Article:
The Evolution of Life series was designed to depict Canada's past from a palaeontological perspective, rather than the usual historical point-of-view, while also representing the evolution of humanity as expressed in philosophy, science and the imagination. Fourteen sculptures have been installed so far within the spandrels, or quasi-triangular panels, formed by the pier-arches on the north and south ends of the House of Commons Chamber.
Sculptress R. Eleanor Milne chose the theme "prehistoric life" for three reasons:
The subject is interesting by nature and highly decorative. The sculptures illustrate major prehistoric plants, animals and marine life. Geometric patterns and other forms of life were included as decorative elements, supporting the primary creatures and plants.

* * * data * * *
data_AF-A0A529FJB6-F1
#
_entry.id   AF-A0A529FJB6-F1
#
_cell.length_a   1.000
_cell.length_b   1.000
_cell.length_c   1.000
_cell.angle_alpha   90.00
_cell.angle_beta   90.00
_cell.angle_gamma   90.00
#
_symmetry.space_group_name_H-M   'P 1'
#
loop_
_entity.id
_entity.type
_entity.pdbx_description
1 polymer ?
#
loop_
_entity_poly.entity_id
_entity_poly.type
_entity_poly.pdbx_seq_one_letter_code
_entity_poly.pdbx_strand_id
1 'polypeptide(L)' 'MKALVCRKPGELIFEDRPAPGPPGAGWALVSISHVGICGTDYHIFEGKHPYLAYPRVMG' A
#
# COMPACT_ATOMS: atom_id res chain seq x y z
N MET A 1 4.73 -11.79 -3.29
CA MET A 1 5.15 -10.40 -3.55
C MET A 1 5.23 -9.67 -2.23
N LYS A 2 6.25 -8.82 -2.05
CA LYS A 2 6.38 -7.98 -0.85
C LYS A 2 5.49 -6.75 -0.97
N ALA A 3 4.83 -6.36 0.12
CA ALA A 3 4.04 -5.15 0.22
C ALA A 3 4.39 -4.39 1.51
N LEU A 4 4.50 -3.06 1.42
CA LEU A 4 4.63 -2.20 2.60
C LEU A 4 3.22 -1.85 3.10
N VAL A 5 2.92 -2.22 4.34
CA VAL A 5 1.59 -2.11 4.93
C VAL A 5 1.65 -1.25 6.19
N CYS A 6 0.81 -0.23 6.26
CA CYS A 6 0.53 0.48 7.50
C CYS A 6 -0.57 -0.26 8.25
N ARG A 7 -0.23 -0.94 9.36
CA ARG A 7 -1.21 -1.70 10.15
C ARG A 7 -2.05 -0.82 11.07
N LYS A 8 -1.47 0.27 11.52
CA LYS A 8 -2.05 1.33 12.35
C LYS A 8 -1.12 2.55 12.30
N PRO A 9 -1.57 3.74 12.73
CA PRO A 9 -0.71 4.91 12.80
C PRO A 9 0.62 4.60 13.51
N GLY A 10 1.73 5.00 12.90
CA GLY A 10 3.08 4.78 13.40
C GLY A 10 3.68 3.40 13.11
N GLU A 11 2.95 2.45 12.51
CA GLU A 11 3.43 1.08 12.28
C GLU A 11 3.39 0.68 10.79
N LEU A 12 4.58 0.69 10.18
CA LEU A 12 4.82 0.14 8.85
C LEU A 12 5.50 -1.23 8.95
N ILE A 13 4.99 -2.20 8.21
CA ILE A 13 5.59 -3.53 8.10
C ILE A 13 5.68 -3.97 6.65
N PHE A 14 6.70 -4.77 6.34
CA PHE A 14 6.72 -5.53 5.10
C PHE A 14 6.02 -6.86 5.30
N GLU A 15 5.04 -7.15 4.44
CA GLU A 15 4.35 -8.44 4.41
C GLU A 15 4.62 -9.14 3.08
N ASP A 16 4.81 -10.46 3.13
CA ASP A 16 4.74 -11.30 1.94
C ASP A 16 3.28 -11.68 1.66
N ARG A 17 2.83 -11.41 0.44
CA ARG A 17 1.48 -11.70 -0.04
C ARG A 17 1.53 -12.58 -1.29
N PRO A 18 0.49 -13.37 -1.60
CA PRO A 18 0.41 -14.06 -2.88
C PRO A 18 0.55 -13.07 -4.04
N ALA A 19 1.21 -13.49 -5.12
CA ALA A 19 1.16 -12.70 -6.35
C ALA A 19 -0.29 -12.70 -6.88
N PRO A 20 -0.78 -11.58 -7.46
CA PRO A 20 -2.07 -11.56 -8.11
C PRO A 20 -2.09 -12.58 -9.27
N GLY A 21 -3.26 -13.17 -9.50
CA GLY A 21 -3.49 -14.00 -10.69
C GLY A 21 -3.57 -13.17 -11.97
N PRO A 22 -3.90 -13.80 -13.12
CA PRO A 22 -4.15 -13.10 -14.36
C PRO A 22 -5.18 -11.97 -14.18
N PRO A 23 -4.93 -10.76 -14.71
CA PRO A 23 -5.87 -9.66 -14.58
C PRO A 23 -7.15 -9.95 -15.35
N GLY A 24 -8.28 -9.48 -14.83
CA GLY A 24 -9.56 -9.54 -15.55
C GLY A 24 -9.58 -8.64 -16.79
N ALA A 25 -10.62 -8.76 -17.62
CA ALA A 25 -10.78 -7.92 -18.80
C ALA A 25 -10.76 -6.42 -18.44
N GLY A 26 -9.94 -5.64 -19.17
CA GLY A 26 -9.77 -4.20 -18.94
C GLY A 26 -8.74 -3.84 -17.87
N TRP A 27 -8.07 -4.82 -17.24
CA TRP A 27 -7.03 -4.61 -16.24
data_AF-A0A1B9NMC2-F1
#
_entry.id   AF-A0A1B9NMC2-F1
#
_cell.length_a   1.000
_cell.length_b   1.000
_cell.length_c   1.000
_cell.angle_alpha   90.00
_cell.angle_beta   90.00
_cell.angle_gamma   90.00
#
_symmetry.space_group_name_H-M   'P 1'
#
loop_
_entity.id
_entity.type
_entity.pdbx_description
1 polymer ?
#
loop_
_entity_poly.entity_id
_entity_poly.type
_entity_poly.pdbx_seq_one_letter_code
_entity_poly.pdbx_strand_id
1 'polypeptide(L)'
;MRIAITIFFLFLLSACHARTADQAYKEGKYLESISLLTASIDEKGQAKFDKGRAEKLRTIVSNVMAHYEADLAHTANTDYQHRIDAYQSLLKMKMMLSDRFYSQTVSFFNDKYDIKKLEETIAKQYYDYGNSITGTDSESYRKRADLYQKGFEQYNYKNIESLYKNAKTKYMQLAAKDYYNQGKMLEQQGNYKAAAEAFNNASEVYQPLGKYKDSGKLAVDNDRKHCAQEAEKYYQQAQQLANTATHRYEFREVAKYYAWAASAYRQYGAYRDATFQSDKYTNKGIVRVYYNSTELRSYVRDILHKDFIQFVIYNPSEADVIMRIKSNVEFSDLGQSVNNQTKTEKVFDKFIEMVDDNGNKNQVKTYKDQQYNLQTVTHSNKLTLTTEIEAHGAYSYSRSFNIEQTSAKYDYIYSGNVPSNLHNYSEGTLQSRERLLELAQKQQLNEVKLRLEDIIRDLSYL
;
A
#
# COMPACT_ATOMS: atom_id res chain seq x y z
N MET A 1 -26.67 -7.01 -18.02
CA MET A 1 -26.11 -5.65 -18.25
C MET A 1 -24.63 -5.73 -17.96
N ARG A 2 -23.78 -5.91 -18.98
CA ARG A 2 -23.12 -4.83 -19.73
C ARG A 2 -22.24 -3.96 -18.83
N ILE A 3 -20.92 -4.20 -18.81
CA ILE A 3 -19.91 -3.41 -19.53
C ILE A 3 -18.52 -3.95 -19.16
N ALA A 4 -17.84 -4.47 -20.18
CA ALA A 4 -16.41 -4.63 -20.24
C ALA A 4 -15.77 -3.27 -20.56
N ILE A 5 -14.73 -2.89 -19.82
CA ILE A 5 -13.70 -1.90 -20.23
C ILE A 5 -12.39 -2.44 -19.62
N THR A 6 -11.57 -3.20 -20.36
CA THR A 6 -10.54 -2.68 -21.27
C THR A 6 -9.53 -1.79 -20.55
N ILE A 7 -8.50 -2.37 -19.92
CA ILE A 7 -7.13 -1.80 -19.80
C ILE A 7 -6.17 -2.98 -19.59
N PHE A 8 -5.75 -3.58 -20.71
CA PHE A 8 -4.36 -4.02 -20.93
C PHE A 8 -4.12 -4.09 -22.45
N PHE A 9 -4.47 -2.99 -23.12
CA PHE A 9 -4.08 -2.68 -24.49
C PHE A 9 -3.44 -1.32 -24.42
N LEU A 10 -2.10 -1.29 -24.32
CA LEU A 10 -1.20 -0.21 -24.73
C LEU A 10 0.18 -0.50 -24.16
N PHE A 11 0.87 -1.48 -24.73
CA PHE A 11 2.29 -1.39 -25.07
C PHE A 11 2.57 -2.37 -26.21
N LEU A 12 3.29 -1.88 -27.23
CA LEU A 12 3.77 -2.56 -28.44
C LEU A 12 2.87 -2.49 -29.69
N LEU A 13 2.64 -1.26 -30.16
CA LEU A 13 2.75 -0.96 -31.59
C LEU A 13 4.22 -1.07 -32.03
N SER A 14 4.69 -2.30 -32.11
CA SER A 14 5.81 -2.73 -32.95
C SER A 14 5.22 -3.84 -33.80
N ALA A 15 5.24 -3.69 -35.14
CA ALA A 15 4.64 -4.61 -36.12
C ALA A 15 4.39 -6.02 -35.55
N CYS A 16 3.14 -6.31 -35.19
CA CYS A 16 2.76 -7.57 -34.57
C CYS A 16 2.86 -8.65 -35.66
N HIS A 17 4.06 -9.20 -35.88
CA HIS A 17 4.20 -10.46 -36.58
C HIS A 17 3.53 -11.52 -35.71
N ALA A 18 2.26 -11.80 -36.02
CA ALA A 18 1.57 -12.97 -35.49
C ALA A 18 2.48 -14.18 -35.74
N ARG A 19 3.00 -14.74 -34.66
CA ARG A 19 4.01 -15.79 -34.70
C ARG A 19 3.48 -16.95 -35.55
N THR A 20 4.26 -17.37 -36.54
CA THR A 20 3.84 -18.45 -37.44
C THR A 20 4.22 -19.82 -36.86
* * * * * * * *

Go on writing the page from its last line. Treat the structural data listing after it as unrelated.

In most instances, as far as scholars have been able to determine to date, the chosen flora and fauna originated in the geological region now known as Canada, before radiating out to other parts of the world.
The subjects are symbolically appropriate to their setting within the Commons Chamber. As sculptress R. Eleanor Milne has noted, "the primary aim of nature is to keep the ecosystem in harmony. The primary role of our political parties is to govern, working in harmony as a balanced whole."
Three palaeontological advisors contributed to this series: Dale Russell, David Jarzen and Philip J. Currie.